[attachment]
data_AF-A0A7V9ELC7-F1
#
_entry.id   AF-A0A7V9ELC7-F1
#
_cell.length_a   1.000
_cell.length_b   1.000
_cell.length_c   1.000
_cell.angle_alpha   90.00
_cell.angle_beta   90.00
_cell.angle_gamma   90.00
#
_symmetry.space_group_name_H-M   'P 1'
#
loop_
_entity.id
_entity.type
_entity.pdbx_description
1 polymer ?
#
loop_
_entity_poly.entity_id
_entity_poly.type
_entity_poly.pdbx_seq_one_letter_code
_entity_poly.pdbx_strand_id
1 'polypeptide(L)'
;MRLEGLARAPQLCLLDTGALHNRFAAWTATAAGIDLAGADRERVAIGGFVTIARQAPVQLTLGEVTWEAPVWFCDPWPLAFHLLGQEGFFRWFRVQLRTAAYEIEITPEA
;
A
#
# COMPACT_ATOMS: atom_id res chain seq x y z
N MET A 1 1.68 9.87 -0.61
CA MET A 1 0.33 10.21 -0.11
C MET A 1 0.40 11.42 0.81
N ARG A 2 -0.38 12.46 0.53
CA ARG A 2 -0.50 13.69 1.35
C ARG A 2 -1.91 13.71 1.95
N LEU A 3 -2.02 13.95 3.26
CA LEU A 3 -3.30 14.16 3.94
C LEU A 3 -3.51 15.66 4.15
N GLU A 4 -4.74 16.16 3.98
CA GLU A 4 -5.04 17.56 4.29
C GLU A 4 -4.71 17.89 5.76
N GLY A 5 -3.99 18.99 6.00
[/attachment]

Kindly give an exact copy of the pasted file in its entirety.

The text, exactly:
data_AF-A0A7V9ELC7-F1
#
_entry.id   AF-A0A7V9ELC7-F1
#
_cell.length_a   1.000
_cell.length_b   1.000
_cell.length_c   1.000
_cell.angle_alpha   90.00
_cell.angle_beta   90.00
_cell.angle_gamma   90.00
#
_symmetry.space_group_name_H-M   'P 1'
#
loop_
_entity.id
_entity.type
_entity.pdbx_description
1 polymer ?
#
loop_
_entity_poly.entity_id
_entity_poly.type
_entity_poly.pdbx_seq_one_letter_code
_entity_poly.pdbx_strand_id
1 'polypeptide(L)'
;MRLEGLARAPQLCLLDTGALHNRFAAWTATAAGIDLAGADRERVAIGGFVTIARQAPVQLTLGEVTWEAPVWFCDPWPLAFHLLGQEGFFRWFRVQLRTAAYEIEITPEA
;
A
#
# COMPACT_ATOMS: atom_id res chain seq x y z
N MET A 1 1.68 9.87 -0.61
CA MET A 1 0.33 10.21 -0.11
C MET A 1 0.40 11.42 0.81
N ARG A 2 -0.38 12.46 0.53
CA ARG A 2 -0.50 13.69 1.35
C ARG A 2 -1.91 13.71 1.95
N LEU A 3 -2.02 13.95 3.26
CA LEU A 3 -3.30 14.16 3.94
C LEU A 3 -3.51 15.66 4.15
N GLU A 4 -4.74 16.16 3.98
CA GLU A 4 -5.04 17.56 4.29
C GLU A 4 -4.71 17.89 5.76
N GLY A 5 -3.99 18.99 6.00